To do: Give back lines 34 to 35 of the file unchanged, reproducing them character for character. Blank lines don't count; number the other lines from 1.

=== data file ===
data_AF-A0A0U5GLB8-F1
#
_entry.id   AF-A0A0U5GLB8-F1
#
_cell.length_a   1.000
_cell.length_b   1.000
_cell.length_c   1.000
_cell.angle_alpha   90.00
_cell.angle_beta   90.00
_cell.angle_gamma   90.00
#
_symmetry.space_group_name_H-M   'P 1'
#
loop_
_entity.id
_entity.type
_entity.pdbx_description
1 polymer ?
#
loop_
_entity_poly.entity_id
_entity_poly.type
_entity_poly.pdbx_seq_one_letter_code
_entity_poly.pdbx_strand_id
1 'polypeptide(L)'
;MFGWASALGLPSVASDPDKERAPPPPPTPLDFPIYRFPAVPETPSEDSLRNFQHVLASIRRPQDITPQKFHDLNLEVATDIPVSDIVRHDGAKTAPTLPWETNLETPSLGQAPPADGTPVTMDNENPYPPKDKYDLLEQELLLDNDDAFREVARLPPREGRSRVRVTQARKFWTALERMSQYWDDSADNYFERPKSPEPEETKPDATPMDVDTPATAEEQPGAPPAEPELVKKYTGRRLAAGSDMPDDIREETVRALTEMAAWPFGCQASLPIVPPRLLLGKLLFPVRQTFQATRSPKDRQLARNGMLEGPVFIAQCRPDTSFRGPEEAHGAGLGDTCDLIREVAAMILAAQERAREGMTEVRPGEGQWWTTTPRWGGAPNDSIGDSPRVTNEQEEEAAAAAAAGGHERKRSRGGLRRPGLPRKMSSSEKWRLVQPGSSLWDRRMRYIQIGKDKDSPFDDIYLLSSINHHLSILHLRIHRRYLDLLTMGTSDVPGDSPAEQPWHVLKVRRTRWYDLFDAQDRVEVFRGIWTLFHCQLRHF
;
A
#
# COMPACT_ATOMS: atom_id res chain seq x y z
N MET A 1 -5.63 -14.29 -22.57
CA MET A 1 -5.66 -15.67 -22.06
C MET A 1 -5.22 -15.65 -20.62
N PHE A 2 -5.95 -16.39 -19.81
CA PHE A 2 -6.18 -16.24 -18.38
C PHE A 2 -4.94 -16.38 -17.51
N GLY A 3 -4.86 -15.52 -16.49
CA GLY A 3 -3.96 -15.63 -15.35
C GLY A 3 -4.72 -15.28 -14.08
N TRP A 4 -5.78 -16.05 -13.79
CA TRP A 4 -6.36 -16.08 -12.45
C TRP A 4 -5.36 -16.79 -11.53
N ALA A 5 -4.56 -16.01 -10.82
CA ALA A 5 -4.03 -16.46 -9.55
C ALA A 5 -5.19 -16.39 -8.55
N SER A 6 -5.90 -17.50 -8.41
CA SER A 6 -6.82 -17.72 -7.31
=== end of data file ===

N PHE A 2 -5.95 -16.39 -19.81
CA PHE A 2 -6.18 -16.24 -18.38